Ever since my kids were tiny, I’ve let them play around in the kitchen.
It hasn’t always been pretty, but it’s been fun. And now, though they’re still learning, at 10, 9, and 7 years old, my kids are pretty skilled at cracking eggs, measuring ingredients, and navigating the wilds of cookie baking and meal-making.
Recently, Cora has been into some serious snack preparation.
Not only has this benefitted our bellies; what I’ve also been reminded of is how important recipe reading is for kids.
Kids are decoding important functional, everyday words. They’re reading informational text. They’re analyzing words and phrases in a text and interpreting what it all means.
And the coolest part of the whole recipe reading for kids? They’re having fun and learning in the kitchen.
Cora rocked out some serious recipe reading and Monster-Sandwich making in our kitchen, and it was a blast for all of us.
Here’s the skinny. . .
Recipe Reading for Kids–Fun Learning in the Kitchen with Monster Sandwiches:
Cora used one of the recipe books I pulled out for our Tabletop Surprises: Favorite All-Time Recipes Silly Snacks (2004).
She flipped through the book, and she immediately declared that she was going to make each snack. I knew she couldn’t because most of the recipes required something we didn’t have in our pantry.
So I encouraged her to use a sticky note to bookmark the snacks she wanted to make. And she could make one snack each day.
We need to make sure we have all of the ingredients, I told her. And this is the only way. You choose what you’d like to make, and then we’ll make a grocery list.
So she did.
It was a weekend, so Monster Sandwiches would be our lunch.
We worked together making a grocery list, and then we hit the store. It went surprisingly well, I think because she was focused and knew her recipe would be our lunch. She was totally psyched.
When it came to actually preparing to read the recipe, we did what every chef should do first: we read the ingredients and put them out on the counter.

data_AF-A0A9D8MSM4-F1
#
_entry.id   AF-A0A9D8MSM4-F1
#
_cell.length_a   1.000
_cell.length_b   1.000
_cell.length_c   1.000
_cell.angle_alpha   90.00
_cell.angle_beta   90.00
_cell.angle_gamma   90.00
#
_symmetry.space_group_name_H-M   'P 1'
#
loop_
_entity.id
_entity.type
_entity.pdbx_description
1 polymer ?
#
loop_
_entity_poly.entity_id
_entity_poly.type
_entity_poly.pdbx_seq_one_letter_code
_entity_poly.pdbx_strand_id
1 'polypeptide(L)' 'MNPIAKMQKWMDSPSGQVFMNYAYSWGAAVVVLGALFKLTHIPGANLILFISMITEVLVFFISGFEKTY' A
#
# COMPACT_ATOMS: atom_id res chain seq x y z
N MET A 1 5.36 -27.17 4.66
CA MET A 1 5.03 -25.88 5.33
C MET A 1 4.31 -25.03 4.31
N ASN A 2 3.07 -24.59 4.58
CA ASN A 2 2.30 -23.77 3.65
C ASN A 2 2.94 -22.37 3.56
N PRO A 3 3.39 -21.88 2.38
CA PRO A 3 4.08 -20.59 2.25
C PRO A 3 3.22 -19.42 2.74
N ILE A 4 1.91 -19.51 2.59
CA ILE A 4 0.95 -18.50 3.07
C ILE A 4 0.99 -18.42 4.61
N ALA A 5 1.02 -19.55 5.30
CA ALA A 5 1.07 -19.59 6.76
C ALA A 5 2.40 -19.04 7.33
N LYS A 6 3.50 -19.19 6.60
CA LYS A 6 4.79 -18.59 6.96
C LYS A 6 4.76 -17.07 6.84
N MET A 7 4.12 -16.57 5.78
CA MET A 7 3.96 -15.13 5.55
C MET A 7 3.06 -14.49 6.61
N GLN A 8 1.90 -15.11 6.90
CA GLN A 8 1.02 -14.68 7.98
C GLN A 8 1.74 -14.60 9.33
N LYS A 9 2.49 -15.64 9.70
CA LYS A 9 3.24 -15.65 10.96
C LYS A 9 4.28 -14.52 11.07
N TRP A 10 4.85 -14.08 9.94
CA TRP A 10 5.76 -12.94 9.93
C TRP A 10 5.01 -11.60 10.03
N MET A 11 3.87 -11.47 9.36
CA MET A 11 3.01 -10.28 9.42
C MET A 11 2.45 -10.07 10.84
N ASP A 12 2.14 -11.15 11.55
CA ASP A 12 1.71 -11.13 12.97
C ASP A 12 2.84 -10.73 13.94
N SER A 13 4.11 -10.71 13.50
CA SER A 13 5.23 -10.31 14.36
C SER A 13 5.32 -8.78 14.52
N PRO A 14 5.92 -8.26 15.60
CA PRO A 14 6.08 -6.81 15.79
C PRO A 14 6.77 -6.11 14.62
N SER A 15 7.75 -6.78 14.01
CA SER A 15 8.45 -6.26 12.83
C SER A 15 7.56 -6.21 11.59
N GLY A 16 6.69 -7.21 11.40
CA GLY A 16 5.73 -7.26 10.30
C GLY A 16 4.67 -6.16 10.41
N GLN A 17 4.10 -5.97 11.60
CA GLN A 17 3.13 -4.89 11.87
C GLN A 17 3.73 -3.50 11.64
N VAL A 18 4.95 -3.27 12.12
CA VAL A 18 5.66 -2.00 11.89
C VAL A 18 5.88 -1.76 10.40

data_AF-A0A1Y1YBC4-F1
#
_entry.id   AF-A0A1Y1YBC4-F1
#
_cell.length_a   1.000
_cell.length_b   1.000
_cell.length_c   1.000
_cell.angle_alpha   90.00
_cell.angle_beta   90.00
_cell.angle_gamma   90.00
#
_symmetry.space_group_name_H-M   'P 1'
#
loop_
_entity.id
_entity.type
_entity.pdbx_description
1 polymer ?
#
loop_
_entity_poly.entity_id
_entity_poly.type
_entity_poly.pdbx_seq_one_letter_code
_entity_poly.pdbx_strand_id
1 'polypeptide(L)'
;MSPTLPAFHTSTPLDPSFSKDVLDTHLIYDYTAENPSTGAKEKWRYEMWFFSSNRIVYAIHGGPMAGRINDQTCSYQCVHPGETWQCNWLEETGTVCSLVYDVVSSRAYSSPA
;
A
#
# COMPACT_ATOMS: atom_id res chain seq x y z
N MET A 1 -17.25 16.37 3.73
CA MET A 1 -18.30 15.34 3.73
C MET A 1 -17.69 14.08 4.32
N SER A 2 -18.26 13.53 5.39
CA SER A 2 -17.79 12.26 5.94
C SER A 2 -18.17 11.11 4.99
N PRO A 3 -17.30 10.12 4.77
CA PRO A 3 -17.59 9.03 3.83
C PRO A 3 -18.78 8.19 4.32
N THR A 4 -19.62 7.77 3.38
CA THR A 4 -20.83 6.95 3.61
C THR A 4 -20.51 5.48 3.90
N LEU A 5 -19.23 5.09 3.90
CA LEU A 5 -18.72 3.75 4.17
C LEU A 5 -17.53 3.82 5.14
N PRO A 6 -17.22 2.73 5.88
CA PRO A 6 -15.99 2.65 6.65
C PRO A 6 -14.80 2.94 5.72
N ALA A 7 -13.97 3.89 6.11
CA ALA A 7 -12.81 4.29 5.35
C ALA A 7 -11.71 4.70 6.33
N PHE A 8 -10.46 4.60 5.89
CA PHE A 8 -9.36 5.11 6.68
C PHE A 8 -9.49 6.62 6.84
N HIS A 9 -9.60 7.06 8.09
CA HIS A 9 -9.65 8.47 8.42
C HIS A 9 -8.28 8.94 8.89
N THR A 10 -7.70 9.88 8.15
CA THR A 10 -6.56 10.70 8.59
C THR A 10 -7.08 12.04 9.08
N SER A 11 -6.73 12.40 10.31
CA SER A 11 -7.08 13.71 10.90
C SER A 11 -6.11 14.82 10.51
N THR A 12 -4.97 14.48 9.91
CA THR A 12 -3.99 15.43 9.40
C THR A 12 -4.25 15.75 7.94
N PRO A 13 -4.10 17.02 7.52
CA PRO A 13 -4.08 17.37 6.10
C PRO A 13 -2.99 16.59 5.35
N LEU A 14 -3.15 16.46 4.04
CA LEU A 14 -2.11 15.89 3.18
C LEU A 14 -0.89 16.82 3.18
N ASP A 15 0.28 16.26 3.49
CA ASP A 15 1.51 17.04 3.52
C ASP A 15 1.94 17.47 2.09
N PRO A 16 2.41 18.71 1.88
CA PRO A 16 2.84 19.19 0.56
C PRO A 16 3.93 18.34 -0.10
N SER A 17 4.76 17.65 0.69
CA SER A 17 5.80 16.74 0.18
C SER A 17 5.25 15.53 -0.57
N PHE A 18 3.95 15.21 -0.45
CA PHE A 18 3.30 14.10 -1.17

Then Cora took the lead and read through each step, starting with opening rolls and spreading them with butter.
Step two required a layering of cold cuts, tomato and cucumber slices, and then finally making the monster tongue.
Though Monster Sandwiches are basically just a cold cut sandwich, it didn’t matter. The simple 3-step recipe had a few crazy and exciting parts, and Cora loved it.
The photo in the book helped her as well, and that’s half the fun of being a chef–comparing the photo to your masterpiece and making changes where you see fit.
Hands down, the sweet gherkin ‘horns’ and black olive eyes were a super-cool part of this recipe, and little hands needed a bit of help in securing them.
Recipe reading for kids is a great way of sneaking in some reading and learning in the kitchen, for so many reasons.
Here are a few of our ‘learning in the kitchen’ posts:
- recipe reading (and cookie eating)
- fractions with food
- holiday baking with kids
- kabob patterns
- get kids to try new foods
- fun with food
- muffin tin meals
- let’s make muffins!
- plastic bag ice-cream
- not-so-teeny zucchini
Just a few years ago, we realized that Maddy was not reading closely at all–she was skimming during reading–so recipe reading really helped get her back on track. You can’t glaze over steps in a recipe; you can’t glaze over ingredients, or you’ll end up with something quite unlike what you set out to make.
Maddy and I had to have a serious ‘skimming vs reading’ conversation, and baking helped us through it.
How do you incorporate learning in the kitchen? I’d love to hear it in the comments below!
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